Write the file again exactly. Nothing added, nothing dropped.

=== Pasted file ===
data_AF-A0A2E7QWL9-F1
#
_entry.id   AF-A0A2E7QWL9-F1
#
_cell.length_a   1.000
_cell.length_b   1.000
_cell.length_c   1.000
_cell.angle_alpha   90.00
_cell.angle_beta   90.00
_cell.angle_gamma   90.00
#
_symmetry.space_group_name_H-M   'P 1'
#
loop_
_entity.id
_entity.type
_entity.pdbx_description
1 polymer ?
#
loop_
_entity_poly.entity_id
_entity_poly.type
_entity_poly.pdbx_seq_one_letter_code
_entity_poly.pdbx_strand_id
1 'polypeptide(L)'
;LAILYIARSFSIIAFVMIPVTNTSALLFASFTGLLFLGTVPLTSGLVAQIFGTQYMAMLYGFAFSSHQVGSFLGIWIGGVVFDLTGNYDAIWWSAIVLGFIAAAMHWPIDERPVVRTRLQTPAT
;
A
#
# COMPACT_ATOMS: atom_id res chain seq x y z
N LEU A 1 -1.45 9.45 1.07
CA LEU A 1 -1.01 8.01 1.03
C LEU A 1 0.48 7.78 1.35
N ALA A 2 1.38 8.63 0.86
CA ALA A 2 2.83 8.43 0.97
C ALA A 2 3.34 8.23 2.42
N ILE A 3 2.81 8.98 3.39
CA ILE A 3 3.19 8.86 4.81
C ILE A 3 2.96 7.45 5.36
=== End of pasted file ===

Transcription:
data_AF-A0A2E7QWL9-F1
#
_entry.id   AF-A0A2E7QWL9-F1
#
_cell.length_a   1.000
_cell.length_b   1.000
_cell.length_c   1.000
_cell.angle_alpha   90.00
_cell.angle_beta   90.00
_cell.angle_gamma   90.00
#
_symmetry.space_group_name_H-M   'P 1'
#
loop_
_entity.id
_entity.type
_entity.pdbx_description
1 polymer ?
#
loop_
_entity_poly.entity_id
_entity_poly.type
_entity_poly.pdbx_seq_one_letter_code
_entity_poly.pdbx_strand_id
1 'polypeptide(L)'
;LAILYIARSFSIIAFVMIPVTNTSALLFASFTGLLFLGTVPLTSGLVAQIFGTQYMAMLYGFAFSSHQVGSFLGIWIGGVVFDLTGNYDAIWWSAIVLGFIAAAMHWPIDERPVVRTRLQTPAT
;
A
#
# COMPACT_ATOMS: atom_id res chain seq x y z
N LEU A 1 -1.45 9.45 1.07
CA LEU A 1 -1.01 8.01 1.03
C LEU A 1 0.48 7.78 1.35
N ALA A 2 1.38 8.63 0.86
CA ALA A 2 2.83 8.43 0.97
C ALA A 2 3.34 8.23 2.42
N ILE A 3 2.81 8.98 3.39
CA ILE A 3 3.19 8.86 4.81
C ILE A 3 2.96 7.45 5.36